If you live in your home for any length of time, you’ll replace at least one window.
The neighborhood child with a fast arm hits a ball right through your living room picture window. Time and weather eat away at your window frames. Your home could use a little help with curb appeal.
No matter the reason, replacing windows in your home requires an investment.
Take a minute and read today’s post to find out what you should know about new windows, including the average window replacement cost.
Energy Efficiency Matters
Whether you need an emergency window replacement, or you include new windows as part of a home improvement project, consider the two features below. They affect price, but also impact energy efficiency and durability.
When choosing window glass, consider the direction of the window you’re replacing. A south or west-facing window receives significantly more direct sunlight than a window facing north or east.
Look for replacement windows made with low emissivity, or Low-E glass. Low-E glass is available in 180, 272, and 366 argon-filled versions. There’s a price difference between the three.
U value measures heat loss and indicates how well the window insulates.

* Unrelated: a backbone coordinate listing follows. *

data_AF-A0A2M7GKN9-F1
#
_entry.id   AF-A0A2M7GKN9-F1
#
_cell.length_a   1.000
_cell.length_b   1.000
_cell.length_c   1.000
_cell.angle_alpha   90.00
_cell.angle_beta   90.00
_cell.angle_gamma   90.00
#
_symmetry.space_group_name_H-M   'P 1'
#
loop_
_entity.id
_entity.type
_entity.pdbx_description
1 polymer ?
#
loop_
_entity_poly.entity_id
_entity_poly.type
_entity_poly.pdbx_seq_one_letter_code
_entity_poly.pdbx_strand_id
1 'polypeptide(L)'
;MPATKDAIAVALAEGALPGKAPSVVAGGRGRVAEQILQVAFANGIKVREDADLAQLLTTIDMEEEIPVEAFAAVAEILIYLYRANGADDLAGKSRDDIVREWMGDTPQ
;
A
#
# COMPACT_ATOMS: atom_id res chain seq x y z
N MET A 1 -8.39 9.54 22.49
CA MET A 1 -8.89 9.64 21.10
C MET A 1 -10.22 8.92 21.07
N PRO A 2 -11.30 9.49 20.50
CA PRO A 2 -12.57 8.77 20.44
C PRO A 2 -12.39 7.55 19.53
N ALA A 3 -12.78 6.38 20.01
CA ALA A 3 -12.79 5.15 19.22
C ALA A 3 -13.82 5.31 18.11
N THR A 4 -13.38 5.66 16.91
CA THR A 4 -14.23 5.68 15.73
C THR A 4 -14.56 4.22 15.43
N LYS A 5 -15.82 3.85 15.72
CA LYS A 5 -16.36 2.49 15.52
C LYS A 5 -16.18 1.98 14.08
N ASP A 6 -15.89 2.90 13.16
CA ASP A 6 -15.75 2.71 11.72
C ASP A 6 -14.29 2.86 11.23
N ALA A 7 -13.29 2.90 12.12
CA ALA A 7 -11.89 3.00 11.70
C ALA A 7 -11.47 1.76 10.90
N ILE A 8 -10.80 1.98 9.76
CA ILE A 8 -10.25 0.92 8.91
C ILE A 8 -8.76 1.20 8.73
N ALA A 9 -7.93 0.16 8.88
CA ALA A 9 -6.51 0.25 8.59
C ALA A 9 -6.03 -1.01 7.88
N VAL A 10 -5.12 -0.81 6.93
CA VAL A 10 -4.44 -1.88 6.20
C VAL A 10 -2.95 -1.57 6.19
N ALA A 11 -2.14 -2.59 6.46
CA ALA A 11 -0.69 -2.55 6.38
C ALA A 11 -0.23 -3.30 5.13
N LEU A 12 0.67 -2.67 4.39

Living in a climate where you heat your home but spend more on cooling, means buying windows with a U value less than 0.30.
Frames and Window Replacement Cost
Window frames also affect price. Many homeowners go with vinyl window frames because they’re durable, offer a decent amount of insulation, and aren’t the most expensive option.
Don’t discount the benefits of wood or fiberglass frames—they both make excellent options, but you’ll pay more.
If you decide on vinyl, you’ll invest around $500 for each new window. For that price, you’ll get a double-hung, standard size window, but you’ll also get an energy-efficient one.
Other factors that affect the cost of replacing windows include window size, your zip code, and your window installation company. Even within the same zip code, you may find a significant fluctuation in price.
What About Whole-Home Window Replacement?
If you’re planning an exterior facelift and you have multiple windows in need of replacement, you may save money by replacing all of your windows at the same time. Ask your window installation company about volume discounts.
Not all homeowners have a budget large enough to handle a whole-home window replacement. If it isn’t in the budget this year, you could replace all windows on one side or one level of your home. Then, over the next couple of years, replace the remaining windows.
Inspired By This Post?
We’ve given you some food for thought about what to expect when shopping for windows and calculating window replacement cost.
New windows not only help keep your home comfortable, but they also make your home look more attractive. If you’re feeling inspired and want to explore your window project further, congratulations!
For more posts like this, don’t leave us yet. Continue browsing our archives where you’ll find even more money-saving ways you can improve your home.